Why Sony Can Beat Oculus in the Virtual Reality Arena


When technology giant Facebook acquired Virtual Reality pioneer Oculus back in 2014, many wondered when their fabled VR headset, known as the Oculus Rift, would hit the market.

Well, it finally happened.

The Oculus Rift went on sale on January 6, with early adopters flooding Oculus’ pre-order website shortly after it went live. Because the truth is that stock ran out in a shocking 15 minutes, proving that there are plenty of people eager to dip their toes in the exciting waters of Virtual Reality.

As stated earlier, these people are “early adopters”, folk who can afford the Oculus Rift’s $600 price tag (£499 in the UK) and have a PC powerful enough to actually be able to use the thing. Such a PC comes in at a hefty $1000 (£680) according to Forbes, as the system requirements for the Oculus Rift VR headset are pretty steep, with users needing a high-end video card and even 4 USB ports to connect the thing to their computers.

And no matter how much Oculus president Palmer Luckey says the Oculus Rift is “obscenely cheap” for what you get, it is clear that this VR headset is strictly for technology enthusiasts or PC elitists. It’s for people who can afford the latest gear and are willing to invest in unproven, untested technologies for fun and pleasure.

So the Oculus Rift is clearly not a mass market product right now, and it will soon have to go against competing products like Sony’s PlayStation VR (formerly known as Project Morpheus). And it can be argued that Japanese giant Sony has a huge advantage when marketing their PlayStation VR, because that Virtual Reality headset is designed to work with the PS4, and not with DIY PCs.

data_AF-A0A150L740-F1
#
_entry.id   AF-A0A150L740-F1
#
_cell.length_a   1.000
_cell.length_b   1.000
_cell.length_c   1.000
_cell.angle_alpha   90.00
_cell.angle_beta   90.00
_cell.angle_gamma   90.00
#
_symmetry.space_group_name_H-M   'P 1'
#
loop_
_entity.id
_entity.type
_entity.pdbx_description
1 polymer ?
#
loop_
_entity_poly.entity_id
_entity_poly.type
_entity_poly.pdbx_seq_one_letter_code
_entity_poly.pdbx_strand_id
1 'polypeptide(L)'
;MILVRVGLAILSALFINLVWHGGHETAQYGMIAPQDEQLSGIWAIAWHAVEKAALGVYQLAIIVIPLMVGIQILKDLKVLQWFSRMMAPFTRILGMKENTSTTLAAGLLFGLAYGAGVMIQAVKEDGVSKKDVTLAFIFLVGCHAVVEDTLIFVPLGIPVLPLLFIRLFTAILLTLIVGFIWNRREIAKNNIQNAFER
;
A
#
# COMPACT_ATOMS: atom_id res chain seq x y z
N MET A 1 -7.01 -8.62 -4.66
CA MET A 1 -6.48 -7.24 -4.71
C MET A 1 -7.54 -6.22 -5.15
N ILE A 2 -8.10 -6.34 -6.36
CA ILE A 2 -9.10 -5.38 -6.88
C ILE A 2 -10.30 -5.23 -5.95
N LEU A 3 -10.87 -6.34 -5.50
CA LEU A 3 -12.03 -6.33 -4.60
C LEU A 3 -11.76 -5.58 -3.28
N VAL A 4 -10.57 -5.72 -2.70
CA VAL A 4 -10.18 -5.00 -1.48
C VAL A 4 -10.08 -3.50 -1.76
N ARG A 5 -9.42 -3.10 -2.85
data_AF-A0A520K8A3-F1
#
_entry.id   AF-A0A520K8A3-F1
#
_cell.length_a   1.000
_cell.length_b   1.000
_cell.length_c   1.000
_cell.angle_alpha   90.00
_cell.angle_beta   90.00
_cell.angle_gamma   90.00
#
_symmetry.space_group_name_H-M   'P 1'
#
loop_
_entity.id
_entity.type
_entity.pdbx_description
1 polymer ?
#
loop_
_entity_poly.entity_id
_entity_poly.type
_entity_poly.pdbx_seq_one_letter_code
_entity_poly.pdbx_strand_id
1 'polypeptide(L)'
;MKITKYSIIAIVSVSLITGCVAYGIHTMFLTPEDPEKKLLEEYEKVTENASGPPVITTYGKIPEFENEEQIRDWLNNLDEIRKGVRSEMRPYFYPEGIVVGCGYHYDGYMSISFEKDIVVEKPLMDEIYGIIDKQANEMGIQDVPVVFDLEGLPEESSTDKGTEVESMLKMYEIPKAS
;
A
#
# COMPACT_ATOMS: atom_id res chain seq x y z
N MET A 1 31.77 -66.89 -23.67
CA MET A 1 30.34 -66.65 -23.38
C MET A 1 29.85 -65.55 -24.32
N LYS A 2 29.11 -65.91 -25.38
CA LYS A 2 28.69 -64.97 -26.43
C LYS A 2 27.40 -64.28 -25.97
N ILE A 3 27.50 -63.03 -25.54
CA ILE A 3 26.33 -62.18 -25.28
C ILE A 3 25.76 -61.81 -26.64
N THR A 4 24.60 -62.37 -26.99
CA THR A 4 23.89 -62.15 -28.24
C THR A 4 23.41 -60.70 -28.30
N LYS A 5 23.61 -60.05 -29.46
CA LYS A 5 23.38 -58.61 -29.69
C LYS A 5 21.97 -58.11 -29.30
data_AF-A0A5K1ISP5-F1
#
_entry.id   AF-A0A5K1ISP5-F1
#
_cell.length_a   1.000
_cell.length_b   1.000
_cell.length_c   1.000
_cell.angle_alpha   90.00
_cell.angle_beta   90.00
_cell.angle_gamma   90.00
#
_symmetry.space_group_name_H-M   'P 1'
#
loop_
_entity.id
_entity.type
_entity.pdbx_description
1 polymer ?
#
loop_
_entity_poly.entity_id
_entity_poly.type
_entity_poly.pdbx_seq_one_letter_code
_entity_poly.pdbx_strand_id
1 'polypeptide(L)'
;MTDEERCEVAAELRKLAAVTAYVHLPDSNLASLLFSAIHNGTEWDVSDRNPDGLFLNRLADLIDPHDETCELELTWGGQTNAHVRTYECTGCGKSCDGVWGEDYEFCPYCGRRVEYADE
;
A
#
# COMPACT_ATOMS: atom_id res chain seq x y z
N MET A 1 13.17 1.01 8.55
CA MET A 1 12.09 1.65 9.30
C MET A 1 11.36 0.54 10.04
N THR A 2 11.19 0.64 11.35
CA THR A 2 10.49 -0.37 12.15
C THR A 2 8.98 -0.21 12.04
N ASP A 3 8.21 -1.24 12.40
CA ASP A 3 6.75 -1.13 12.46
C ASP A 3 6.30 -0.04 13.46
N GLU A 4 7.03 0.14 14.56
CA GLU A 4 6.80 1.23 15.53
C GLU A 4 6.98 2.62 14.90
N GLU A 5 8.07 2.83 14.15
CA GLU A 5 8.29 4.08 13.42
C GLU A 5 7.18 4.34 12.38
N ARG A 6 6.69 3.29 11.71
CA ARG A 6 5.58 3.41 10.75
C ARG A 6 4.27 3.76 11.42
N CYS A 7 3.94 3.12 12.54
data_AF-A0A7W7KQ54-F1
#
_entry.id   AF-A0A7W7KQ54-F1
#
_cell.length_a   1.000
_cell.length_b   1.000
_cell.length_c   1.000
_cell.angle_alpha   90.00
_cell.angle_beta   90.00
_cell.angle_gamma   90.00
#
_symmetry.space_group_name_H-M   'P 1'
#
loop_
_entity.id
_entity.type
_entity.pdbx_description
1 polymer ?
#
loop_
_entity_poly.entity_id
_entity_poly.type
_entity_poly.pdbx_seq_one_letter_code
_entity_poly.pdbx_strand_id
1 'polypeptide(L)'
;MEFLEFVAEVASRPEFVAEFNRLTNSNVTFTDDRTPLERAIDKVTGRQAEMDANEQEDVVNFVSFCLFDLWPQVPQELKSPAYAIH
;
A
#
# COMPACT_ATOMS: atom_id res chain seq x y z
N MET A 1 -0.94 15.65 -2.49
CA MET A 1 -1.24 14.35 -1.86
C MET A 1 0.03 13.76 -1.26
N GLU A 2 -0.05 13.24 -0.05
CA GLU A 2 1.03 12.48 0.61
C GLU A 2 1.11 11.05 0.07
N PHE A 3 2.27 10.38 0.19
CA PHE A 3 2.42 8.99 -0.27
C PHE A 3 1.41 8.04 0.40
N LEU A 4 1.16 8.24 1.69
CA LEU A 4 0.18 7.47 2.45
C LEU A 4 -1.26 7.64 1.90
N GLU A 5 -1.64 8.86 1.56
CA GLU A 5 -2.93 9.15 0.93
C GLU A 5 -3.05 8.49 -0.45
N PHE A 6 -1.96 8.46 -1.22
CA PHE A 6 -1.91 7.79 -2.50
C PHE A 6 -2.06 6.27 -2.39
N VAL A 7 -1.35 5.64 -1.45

Sony’s PlayStation VR is an Oculus Rift competitor.


And it is clear that the PS4 is the leading console this generation, as a matter of fact Sony has sold more than 36 million consoles worldwide to date, with the PS4 being considered “the machine to get” by most video game players.

So Sony’s enormous PS4 user base gives it an advantage over Oculus and Facebook as those users looking to experience Virtual Reality games with a PlayStation VR headset just need a PS4 console, and not a pricey monster PC. Actually, just 1 % of computers world are powerful enough to run the Oculus Rift well according to the BBC, while PS4 owners have everything they need right off the bat.

Also, PlayStation VR is more likely to have a larger catalogue of games, as developers are more likely to create games for Sony’s Virtual Reality headset, given its larger potential audience thanks to the success of the PS4. And it will likely be easier to develop for PlayStation VR given the PS4’s fixed hardware versus the gigantic number of different PC configurations out there, given all the different models of computer parts that can be used to build PCs.

In the end though, and also taking into account that Sony’s PlayStation VR will likely be more sensibly priced than the Oculus Rift, it looks like Facebook and Oculus have their work cut out for them if they want to win the Virtual Reality wars. But more competition in this arena is a good thing for consumers, who will get better products and pricing down the road. So let the early adopters sample the delights of VR headsets like the Oculus Rift now, while the rest of us can dive in when Virtual Reality is ready for the prime time.